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Esto bonus miles, tutor bonus, arbiter idem
integer; ambiguæ si quando citabere testis
incertæque rei, Phalaris licet imperet ut sis
falsus et admoto dictet perjuria tauro,
summum crede nefas animam præferre pudori
et propter vitam vivendi perdere causas.
Be a good soldier, or upright trustee,
An arbitrator from corruption free;
And if a witness in a doubtful cause,
Where a bribed judge means to elude the laws,
Though Phalaris’ brazen bull were there,
And he would dictate what he’d have you swear,
Be not so profligate, but rather choose
To guard your honour, and your life to lose,
Rather than let your virtue be betray’d;
Virtue, the noblest cause for which you’re made.
–Decimus Junius Juvenalis (Juvenal), Satura viii, 79-84 (ca. 100 CE)(J. Dryden transl. 1692)(the key phrase here, “propter vitam vivendi perdere causas,” might be rendered more accurately, though less poetically, as “do not forsake the reasons for living in the interest of staying alive.”)
More from Scott Horton:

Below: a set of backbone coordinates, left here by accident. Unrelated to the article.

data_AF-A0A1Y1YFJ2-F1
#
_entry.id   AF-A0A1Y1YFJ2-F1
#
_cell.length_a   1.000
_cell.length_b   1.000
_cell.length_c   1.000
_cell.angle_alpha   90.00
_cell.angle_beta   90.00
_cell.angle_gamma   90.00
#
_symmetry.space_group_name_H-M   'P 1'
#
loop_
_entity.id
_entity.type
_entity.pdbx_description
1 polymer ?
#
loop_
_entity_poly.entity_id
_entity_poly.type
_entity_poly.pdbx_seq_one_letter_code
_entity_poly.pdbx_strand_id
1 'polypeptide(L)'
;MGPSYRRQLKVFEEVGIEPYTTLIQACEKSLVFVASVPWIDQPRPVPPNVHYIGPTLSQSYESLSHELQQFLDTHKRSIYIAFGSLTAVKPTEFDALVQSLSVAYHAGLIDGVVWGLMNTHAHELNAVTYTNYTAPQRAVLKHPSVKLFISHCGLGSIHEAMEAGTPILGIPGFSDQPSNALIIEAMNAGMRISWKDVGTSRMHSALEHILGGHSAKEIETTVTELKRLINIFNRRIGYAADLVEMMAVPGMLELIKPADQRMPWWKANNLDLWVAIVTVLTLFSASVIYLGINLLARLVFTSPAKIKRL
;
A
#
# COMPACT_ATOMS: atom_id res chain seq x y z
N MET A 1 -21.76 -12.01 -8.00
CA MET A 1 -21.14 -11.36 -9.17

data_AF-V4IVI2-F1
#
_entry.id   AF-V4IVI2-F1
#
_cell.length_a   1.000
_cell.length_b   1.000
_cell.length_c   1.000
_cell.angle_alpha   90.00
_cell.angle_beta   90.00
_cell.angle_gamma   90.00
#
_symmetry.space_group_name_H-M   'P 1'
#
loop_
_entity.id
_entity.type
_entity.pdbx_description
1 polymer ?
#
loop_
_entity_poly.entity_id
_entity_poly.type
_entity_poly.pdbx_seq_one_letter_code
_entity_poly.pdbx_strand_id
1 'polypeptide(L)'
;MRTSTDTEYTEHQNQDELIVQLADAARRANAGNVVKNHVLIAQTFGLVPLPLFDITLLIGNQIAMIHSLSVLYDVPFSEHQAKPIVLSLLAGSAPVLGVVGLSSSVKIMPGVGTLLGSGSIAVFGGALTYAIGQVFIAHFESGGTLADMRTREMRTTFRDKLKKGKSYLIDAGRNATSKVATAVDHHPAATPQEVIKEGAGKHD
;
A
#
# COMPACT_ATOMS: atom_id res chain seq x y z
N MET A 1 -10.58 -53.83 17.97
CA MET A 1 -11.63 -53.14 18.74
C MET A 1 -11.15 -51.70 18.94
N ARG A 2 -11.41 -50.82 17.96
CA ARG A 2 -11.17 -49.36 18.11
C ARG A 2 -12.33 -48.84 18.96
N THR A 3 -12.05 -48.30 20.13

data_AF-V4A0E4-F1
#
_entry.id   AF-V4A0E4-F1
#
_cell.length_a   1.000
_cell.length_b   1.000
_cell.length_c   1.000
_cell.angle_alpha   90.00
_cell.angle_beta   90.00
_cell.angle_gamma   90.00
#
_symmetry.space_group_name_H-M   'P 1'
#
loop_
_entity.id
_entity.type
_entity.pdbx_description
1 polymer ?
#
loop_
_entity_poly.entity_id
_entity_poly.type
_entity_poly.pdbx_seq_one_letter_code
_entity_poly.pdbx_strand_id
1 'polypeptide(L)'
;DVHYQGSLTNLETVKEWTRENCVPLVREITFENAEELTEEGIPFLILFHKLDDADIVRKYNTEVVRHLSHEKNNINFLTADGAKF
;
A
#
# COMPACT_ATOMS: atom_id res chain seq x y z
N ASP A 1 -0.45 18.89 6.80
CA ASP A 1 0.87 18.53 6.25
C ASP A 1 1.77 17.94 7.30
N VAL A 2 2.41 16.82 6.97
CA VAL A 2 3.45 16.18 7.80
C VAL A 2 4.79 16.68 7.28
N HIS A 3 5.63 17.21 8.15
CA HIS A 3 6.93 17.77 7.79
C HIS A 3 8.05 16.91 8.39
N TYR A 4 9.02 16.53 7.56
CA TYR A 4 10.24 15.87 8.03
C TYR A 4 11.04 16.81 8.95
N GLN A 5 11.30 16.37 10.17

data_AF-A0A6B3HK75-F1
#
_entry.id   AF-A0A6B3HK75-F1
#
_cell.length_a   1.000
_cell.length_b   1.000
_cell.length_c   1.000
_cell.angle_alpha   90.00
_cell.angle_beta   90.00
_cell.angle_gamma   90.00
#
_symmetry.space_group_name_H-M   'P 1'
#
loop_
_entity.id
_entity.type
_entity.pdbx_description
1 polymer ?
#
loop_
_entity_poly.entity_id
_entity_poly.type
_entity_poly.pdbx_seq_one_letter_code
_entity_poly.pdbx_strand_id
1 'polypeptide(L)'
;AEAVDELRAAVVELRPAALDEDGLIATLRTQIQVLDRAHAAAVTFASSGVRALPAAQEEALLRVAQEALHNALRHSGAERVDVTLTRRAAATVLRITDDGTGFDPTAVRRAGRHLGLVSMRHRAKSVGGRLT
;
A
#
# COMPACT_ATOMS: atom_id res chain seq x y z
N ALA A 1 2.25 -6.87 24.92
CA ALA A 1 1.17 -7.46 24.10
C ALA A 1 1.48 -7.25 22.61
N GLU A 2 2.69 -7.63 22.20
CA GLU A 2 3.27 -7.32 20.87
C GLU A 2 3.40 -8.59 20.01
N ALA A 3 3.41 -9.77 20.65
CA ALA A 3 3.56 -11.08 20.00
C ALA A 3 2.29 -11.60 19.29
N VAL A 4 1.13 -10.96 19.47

Conversation — August 5, 2016, 12:08 pm
Sidney Blumenthal on the origins of the Republican Party, the fallout from Clinton’s emails, and his new biography of Abraham Lincoln
Conversation — March 30, 2016, 3:44 pm
Joseph Hickman discusses his new book, The Burn Pits, which tells the story of thousands of U.S. soldiers who, after returning from Iraq and Afghanistan, have developed rare cancers and respiratory diseases.
Hours for which New Orleans’s airport was partly evacuated in February over a package later found to contain gumbo:
Researchers suggested that Abraham Lincoln suffered from a genetic mutation that destroys nerve cells in the cerebellum rather than Marfan disease, which makes people grow tall and thin, with long tapering fingers.
Greece evacuated 72,000 people from the town of Thessaloniki while an undetonated World War II–era bomb was excavated from beneath a gas station.
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"It is an interesting and somewhat macabre parlor game to play at a large gathering of one’s acquaintances: to speculate who in a showdown would go Nazi. By now, I think I know. I have gone through the experience many times—in Germany, in Austria, and in France. I have come to know the types: the born Nazis, the Nazis whom democracy itself has created, the certain-to-be fellow-travelers. And I also know those who never, under any conceivable circumstances, would become Nazis."